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voorzin

English translation: call (line)

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15:14 Dec 27, 2005
Dutch to English translations [PRO]
Music
Dutch term or phrase: voorzin
I understand this is a type of responsorial singing, a style of singing in which a leader alternates with a chorus. But what's the best way to render "voorzin" in this specific example (I've also posted "nazin" as a separate question)?

De Frafra kennen eveneens een groot repertoire aan vrouwenliederen die ze paga yila noemen. Een voorzanger zingt de voorzin terwijl het koor antwoordt met de nazin. De gezangen komen homofoon of heterofoon voor.

In this example I've just glossed over it so far ("with the during player singing a line"):
De during-muzikant behoort tot een kaste van griots die een repertoire vertolken dat zowel historisch als actueel is. Hij wordt meestal begeleid door een siyarik-kalebas. De tekst wordt responsoriaal gezongen, waarbij de during-speler de voorzin zingt en de siyarik-speler antwoordt.
(during = one-string fiddle and siyarik = rattle)
MoiraB
France
Local time: 04:37
English translation:call (line)
Explanation:
Since this type of music is often referred to as 'call and response singing', I think it would be an option to translate 'voorzin' as 'call line'.

I've been able to find only one reference, though.

I'm not allowed to run the train/The whistle I can't blow/I'm not allowed to say how fast/the railroad train can go/I'm not allowed to shoot off steam/nor can I clang the bell/but let the damned train jump the track/and see who catches hell.
So went an example of the call-and-response singing of the gandy dancers, railroad workers responsible in a bygone era for keeping tracks straight by "lining them up" with sledgehammers. They sang as they swung, together in perfect rhythm, filling the days of hard labor with memorable, useful chants. The African-American gandy dancers sang chants about Jesus, tall tales of lewdness, coded gripes about the mean bosses and mean life on the railroad.

Gandy was the company that made the men's hammers and other tools, and the dance was the spectacle of their regular pounding and calling. As a boy growing up in Yorktown and New Bohemia, Va., Bryan Bowers went near the tracks and was instantly enraptured.

"The perfect synchronization of their swings with the heavy sledges as they called back answer lines to the call line was mesmerizing," he says. "I'd sit on the railroad tracks to watch and sing and swing my imaginary sledgehammer as they slowly worked their way down the track."
http://www.riverfronttimes.com/issues/1999-11-17/calendar/nd...
Selected response from:

vixen
Greece
Local time: 05:37
Grading comment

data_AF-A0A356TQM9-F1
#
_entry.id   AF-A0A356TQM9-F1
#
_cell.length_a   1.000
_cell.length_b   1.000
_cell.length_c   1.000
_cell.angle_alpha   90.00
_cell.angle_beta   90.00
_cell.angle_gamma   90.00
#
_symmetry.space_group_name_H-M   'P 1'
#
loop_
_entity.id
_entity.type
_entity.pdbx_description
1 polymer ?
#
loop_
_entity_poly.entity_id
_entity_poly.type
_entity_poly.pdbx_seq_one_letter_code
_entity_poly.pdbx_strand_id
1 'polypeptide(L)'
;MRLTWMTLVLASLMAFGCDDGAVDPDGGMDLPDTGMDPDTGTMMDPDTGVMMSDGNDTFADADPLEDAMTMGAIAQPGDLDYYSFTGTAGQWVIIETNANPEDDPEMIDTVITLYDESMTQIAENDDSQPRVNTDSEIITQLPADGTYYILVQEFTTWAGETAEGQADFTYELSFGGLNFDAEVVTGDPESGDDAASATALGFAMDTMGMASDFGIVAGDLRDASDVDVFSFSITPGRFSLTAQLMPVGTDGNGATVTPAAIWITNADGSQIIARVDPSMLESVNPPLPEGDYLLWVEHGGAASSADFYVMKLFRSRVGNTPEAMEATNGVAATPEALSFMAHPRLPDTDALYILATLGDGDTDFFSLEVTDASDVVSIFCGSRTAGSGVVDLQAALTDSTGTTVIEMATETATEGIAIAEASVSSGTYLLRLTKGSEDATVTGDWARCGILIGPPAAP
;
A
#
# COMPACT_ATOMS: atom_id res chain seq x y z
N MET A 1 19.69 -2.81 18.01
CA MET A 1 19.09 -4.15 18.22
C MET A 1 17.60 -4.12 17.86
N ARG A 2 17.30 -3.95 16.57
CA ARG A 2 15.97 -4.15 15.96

I've come across the phrase "call and response singing" quite often lately in researching African music so I think this fits in nicely. Thanks, everyone!
4 KudoZ points were awarded for this answer

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Summary of answers provided
3 +4call (line)
vixen
4 +2lead phrase
Dave Calderhead
4 +2protasisJack den Haan


Discussion entries: 2





  

Answers


31 mins   confidence: Answerer confidence 3/5Answerer confidence 3/5 peer agreement (net): +4
call (line)


Explanation:
Since this type of music is often referred to as 'call and response singing', I think it would be an option to translate 'voorzin' as 'call line'.

I've been able to find only one reference, though.

I'm not allowed to run the train/The whistle I can't blow/I'm not allowed to say how fast/the railroad train can go/I'm not allowed to shoot off steam/nor can I clang the bell/but let the damned train jump the track/and see who catches hell.
So went an example of the call-and-response singing of the gandy dancers, railroad workers responsible in a bygone era for keeping tracks straight by "lining them up" with sledgehammers. They sang as they swung, together in perfect rhythm, filling the days of hard labor with memorable, useful chants. The African-American gandy dancers sang chants about Jesus, tall tales of lewdness, coded gripes about the mean bosses and mean life on the railroad.

Gandy was the company that made the men's hammers and other tools, and the dance was the spectacle of their regular pounding and calling. As a boy growing up in Yorktown and New Bohemia, Va., Bryan Bowers went near the tracks and was instantly enraptured.

"The perfect synchronization of their swings with the heavy sledges as they called back answer lines to the call line was mesmerizing," he says. "I'd sit on the railroad tracks to watch and sing and swing my imaginary sledgehammer as they slowly worked their way down the track."